Is it any wonder the economy is in such shambles?

This is a “correction” people. Just like staying at the Las Vegas poker table too long – easy come easy go. Want to improve your lot in life? Work.

The results of a recent poll in my area yielded that two thirds of the residents want government to put the economy before the environment. If anything is the governments job it is protecting the environment NOT the economy. Only you and I can improve the economy and only you and I can screw up our environment. What good is an economy when we have messed our environment up so bad we can’t breath the air, drink the water or cultivate the land?

We’ve been here but a very short while. In the whole grand scheme of things our time here as a species will be but a indistinguishable blip on the radar. We seem to be ensuring that as we most certainly seem to be closer to mastering our own extinction. We have earned less right to be on this planet than any other species as we set about destroying it.

Now it appears, in our short sighted selfish greed, not only will we leave our children a legacy of debt but a seriously messed up environment as well.

I am embarrassed. Our children ought to take us out behind the woodshed and whip our asses raw.

#30 Al on 05.08.09 at 9:43 am

“Gone is the certainty that your salary will increase”

Unless of course you are a politician or work in a field where the government is your employer. Politicians will vote themselves a raise and public sector unions will simply strike until the government gives them what they want.

#31 Avaricious Al on 05.08.09 at 9:48 am

“Not if it costs six or seven times annual income. Garth”

Garth your argument is on par with me buying a auto that is so effed it can’t even honk and you tell me, “Oh well, you paid too much”. Speak to the point guy:)

#32 dbg on 05.08.09 at 9:51 am


I agree.

New book “take that gloom and make it into the next boom” by Garthy co authored by the Coming Depression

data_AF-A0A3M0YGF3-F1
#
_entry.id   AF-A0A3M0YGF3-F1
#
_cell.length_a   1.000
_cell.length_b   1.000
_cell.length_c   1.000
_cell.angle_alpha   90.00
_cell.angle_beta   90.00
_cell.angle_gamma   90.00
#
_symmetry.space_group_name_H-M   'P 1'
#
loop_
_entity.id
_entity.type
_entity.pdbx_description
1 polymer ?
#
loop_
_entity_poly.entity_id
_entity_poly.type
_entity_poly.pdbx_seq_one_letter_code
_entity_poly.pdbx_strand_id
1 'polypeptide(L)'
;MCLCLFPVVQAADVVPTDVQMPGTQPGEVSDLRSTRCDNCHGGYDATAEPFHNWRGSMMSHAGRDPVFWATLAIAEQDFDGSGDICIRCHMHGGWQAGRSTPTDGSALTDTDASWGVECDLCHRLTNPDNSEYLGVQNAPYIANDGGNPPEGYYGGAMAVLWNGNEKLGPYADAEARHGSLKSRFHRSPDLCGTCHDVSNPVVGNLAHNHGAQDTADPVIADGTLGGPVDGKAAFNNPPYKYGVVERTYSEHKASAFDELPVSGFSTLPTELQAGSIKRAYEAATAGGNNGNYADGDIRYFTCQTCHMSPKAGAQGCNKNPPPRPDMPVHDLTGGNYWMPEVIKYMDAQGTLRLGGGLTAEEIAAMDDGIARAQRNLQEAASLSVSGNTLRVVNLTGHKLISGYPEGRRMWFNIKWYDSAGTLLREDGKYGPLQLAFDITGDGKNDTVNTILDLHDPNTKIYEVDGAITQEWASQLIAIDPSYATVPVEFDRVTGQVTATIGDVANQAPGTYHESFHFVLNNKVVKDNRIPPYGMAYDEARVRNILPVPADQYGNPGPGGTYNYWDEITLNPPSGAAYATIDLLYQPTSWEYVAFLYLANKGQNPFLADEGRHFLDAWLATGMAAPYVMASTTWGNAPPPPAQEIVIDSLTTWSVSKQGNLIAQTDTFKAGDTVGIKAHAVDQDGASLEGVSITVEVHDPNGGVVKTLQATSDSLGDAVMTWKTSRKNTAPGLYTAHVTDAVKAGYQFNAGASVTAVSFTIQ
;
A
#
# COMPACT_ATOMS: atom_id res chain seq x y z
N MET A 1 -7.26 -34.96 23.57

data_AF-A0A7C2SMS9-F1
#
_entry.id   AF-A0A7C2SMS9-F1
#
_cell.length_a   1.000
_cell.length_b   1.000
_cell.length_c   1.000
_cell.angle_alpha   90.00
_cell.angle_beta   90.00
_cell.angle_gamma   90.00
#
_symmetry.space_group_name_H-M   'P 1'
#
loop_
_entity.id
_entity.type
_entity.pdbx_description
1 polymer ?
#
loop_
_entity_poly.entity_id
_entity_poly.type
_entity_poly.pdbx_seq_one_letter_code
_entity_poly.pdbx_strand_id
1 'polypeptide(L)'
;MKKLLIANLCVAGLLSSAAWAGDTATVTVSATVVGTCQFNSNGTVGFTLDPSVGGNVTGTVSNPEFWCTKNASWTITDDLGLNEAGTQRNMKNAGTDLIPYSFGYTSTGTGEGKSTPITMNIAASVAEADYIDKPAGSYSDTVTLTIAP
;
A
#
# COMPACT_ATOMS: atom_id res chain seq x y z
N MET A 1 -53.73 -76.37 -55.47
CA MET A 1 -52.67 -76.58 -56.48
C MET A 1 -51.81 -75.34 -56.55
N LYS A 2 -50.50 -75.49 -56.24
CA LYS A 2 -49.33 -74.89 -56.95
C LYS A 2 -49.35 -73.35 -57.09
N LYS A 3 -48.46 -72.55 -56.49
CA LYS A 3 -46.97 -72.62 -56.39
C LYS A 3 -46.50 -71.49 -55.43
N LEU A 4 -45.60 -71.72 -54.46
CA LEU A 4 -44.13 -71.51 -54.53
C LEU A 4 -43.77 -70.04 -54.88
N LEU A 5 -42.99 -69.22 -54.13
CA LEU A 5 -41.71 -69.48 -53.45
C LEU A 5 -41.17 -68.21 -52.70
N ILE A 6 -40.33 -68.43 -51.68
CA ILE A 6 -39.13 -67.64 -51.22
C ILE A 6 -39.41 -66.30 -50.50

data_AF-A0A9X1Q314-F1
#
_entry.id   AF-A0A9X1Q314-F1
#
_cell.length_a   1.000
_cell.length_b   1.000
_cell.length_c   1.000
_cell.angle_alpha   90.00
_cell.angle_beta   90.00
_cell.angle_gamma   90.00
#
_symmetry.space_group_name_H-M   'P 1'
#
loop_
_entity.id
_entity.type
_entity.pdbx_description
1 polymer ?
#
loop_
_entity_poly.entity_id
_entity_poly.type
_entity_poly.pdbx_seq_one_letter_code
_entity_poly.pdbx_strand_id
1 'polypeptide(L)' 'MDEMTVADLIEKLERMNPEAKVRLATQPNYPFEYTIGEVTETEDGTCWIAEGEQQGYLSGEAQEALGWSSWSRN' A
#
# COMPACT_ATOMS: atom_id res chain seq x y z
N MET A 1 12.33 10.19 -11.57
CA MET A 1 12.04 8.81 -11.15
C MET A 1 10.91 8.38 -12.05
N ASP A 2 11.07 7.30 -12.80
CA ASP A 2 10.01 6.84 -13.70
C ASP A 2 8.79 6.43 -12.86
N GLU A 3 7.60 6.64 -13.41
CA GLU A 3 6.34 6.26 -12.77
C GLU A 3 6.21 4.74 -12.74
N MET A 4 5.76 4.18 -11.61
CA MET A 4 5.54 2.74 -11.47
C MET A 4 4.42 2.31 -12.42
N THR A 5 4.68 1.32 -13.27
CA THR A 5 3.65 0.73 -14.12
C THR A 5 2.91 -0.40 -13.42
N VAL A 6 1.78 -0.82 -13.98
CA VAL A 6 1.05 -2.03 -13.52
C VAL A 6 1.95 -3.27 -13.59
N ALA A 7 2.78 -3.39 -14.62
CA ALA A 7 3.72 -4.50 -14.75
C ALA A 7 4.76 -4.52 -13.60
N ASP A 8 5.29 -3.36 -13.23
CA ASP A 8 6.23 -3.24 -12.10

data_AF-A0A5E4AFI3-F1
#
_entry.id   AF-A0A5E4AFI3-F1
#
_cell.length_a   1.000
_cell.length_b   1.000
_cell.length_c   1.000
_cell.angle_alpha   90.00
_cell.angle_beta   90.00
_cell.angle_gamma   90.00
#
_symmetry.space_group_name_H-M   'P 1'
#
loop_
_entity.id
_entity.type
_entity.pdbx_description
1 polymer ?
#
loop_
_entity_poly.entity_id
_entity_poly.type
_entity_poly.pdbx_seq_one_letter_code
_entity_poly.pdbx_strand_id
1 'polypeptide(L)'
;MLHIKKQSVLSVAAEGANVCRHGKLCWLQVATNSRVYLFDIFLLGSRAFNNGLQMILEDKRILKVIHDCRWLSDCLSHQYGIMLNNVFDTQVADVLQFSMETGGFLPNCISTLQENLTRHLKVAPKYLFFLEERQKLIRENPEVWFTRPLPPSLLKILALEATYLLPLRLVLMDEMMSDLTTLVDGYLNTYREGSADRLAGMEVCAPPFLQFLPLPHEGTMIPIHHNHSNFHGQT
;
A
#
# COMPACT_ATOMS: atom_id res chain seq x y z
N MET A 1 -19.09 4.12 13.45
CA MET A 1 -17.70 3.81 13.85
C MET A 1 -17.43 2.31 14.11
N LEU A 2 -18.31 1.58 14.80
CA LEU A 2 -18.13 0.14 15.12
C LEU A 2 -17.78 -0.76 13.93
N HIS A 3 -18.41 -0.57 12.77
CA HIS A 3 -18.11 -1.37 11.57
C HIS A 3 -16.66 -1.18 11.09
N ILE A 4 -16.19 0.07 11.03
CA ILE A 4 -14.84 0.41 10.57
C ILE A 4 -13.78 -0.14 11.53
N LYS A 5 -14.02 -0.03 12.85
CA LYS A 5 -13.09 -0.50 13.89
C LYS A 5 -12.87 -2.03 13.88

It would sell millions!

#33 My_View on 05.08.09 at 10:08 am

5 years is at 3.59%, if you rent @ $1600-$1800/month, that’s a waste. Do the math. The disciplined people who saved and waited, now is a great time to buy. Yes prices will be heading down (how far? and when its flatlines?), but like others here, I have to agree a home is a home, a place to live and raise a family. So you wait a year for a decline of 5-10%, but rates go up and you’ve paid all that rent. I’m closing on a home and it was down from the peak and we got it for 15k below asking. And of course, pay off the home quick i.e, 10-15 years. For us the math of renting didn’t add up at this point in time. By the way when is any debt good? Of course it’s scary because of all the doom and gloom, but life goes on. Put a good down payment and have a big emergency fund. Im in my early thirties, time is of the essence, my friends & family that bought several years ago are way better off than us now.

#34 molson cdn on 05.08.09 at 10:20 am

garth or anyone for that matter,
i am not going to sell so i can rent.
but i would like to brainstorm this idea: would you lock in at [email protected]% or 5.2%@10yr?
any opinions/comments would be welcome.

#35 Bill-Muskoka (NAM) on 05.08.09 at 10:23 am


The sole reason for the situation is the way the Tax Laws have been written. They protected the greedy and unethical and screwed the masses. People go with the easiest route, and the entire ‘investment industry’ has slyly promoted their own interests using the laws politicians have passed.

That is unravelling on a global scale right now! The Greed is Good mantra has played itself out! Thanks to morons like Dim Jim Flaherty (and Harper/Bush) and his IT fiasco many people have been near bankrupted for the future.

#36 KenCan on 05.08.09 at 10:25 am

Great Post Garth – agree with you but alas, there are some greaterfools out there still multiple bidding! Hopefully not many left and the normal will resume.

#7 Denis — great analysis. My wife and myself are in same situation as you. I was so surprised to note how much our joint income could now fetch in terms of mortgage. I work in Credit Risk and I know all about increasing future int rates, defaults, etc…
If buyers do not factor in an increase in their mortgages in 1 year (1% and increasing), as well as inflationary pressures on Gas, food, utilities, taxes (too much money M1 in the monetary circuit, debt by Govt), coupled with the fact that salary wont increase in the next 12 months at least, then, they will be in for hard times!!

#10 Shawn – so tell us, are you a RE agent or one greaterfool who just bought at peak prices and trying to say that you were right and get everyone else to get into the market? Well, we need ppl like you too; else, it would be too perfect!

#37 PTDBD on 05.08.09 at 10:30 am

Green Shoot News Prestidigitized from Cow Patties: